Aug 262017
 

Some covers are more equal than others. Good, Better, Best looks at three covers and decides who takes home the gold, the silver, and the bronze.

Burt Bacharach with The Sydney Symphony Orchestra in a live 2008 performance at the Sydney Opera House.

This week we’re working through the entire six decades that produced over 150 versions of “(There’s) Always Something There to Remind Me,” the timeless Burt Bacharach and Hal David classic. We’ve covered the ’60s, the ’70s, the ’80s, and the ’90s; now it’s time to see the fruits of a new century.

Part V: The ’00s

Jazz proliferated in the cover versions produced between 2000-2010. In total, a few more versions were released this decade than the previous with over a third having roots in one jazz style or another. But for as many as we heard, most were average with one exception. Otherwise, rock & roll made a strong showing, and later we’ll hear from an old friend followed by a few more efforts of note. In the ‘00s…
Continue reading »

Aug 252017
 

Some covers are more equal than others. Good, Better, Best looks at three covers and decides who takes home the gold, the silver, and the bronze.

This week we’re working through the entire six decades that produced over 150 versions of this timeless Burt Bacharach and Hal David classic. You can read what we said about the ’60s, the ’70s, and the ’80s by following the links. Now to end the century in style…

Part IV: The ’90s

The ‘90s were weird. A variety of styles and quality were reflected during the decade. Although the output of verifiable covers more than doubled over the previous 10 years, none would challenge the staying power of Naked Eyes’ ‘83 version. But Mr. Bacharach could have never predicted the popularity of grunge and it would have been hard to envision any of his songs being delivered in that alt rock style or any of its indie/emo/power pop offshoots. The decade brought us that, and as you’ll see, much more. In the ‘90s…
Continue reading »

Aug 242017
 

Some covers are more equal than others. Good, Better, Best looks at three covers and decides who takes home the gold, the silver, and the bronze.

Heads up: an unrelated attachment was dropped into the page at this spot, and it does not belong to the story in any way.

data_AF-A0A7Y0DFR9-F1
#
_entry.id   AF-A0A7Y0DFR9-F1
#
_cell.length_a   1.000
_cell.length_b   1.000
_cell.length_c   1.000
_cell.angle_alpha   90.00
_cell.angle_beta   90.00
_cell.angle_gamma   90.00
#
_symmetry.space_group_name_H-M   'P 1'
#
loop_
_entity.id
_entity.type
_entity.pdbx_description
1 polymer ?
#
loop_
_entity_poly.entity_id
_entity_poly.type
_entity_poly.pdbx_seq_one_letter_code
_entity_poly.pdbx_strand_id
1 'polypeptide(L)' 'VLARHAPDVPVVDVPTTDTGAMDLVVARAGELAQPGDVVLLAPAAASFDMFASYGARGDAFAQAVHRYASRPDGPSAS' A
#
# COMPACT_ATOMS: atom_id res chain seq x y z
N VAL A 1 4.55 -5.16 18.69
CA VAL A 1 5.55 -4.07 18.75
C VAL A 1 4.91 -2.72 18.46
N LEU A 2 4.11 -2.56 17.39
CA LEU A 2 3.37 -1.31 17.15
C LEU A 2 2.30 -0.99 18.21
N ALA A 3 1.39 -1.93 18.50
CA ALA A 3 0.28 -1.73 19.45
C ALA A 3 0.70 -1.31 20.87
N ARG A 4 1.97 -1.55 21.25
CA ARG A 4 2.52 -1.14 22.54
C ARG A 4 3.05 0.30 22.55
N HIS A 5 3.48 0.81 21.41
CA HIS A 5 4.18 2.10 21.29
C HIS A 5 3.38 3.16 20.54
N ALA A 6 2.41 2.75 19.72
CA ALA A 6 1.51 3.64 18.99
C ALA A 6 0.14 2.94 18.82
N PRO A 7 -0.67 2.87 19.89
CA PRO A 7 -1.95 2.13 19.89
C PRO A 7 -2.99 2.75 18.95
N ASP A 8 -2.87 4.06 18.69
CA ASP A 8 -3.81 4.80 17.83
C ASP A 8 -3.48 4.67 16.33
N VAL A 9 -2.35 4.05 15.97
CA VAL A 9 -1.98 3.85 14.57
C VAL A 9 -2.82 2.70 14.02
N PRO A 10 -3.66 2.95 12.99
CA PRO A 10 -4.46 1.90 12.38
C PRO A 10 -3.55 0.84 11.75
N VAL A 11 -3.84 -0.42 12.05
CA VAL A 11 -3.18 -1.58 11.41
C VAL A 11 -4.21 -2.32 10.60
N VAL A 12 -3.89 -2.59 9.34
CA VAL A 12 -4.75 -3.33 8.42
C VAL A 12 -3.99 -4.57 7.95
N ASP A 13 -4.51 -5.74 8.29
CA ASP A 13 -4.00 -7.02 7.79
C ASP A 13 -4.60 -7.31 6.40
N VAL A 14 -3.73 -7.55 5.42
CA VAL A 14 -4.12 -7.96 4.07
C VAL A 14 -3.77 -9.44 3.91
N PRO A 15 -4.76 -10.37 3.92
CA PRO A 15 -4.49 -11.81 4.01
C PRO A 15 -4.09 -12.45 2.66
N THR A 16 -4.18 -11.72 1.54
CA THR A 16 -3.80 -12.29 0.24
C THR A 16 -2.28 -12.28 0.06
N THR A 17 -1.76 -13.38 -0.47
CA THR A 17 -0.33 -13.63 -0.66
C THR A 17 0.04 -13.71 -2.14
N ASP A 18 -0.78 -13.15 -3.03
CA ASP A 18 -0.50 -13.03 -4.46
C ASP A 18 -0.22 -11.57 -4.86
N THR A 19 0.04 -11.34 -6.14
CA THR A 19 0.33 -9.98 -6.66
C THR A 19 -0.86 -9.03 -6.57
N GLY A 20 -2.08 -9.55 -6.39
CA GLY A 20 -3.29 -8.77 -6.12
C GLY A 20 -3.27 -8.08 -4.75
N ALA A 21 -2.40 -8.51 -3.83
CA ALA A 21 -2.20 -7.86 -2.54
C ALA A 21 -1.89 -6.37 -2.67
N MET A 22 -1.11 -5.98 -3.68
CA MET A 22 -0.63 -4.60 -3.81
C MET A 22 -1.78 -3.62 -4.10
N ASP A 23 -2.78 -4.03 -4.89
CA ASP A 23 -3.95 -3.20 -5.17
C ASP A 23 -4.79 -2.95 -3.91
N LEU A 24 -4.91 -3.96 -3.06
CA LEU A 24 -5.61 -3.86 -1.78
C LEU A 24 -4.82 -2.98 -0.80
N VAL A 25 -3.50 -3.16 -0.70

This week we’re working through the entire six decades that produced over 150 versions of this timeless Burt Bacharach and Hal David classic. We’ve talked about the ’60s and the ’70s; now it’s time for…

Part III: The ’80s

Were it not for Naked Eyes, the highlight of the ‘80s may have been Sandie Shaw’s re-recording of her own classic work for the 1985 British romantic comedy Letter to Brezhnev. Sure there were a few disco/dance cover versions produced, but the inventive duo of Pete Byrne and Rob Fisher helped kick off a “new wave” of worldwide popularity for a song that was nearly 20 years old at the time. In all, verified cover versions released during the decade barely broke double-digits. But the all time low output belied the quality and power of Naked Eyes’ 1983 release. The few attempts made weren’t (really) bad; they were just dwarfed in comparison by an 800-pound gorilla. Here’s how the decade looks…

Continue reading »

Aug 232017
 

Some covers are more equal than others. Good, Better, Best looks at three covers and decides who takes home the gold, the silver, and the bronze.

This week we’re working through the entire six decades that produced over 100 versions of “(There’s) Always Something There to Remind Me,” the timeless Burt Bacharach and Hal David classic. If you missed yesterday’s post, where we introduced the song and “covered” its origins, you can find it here.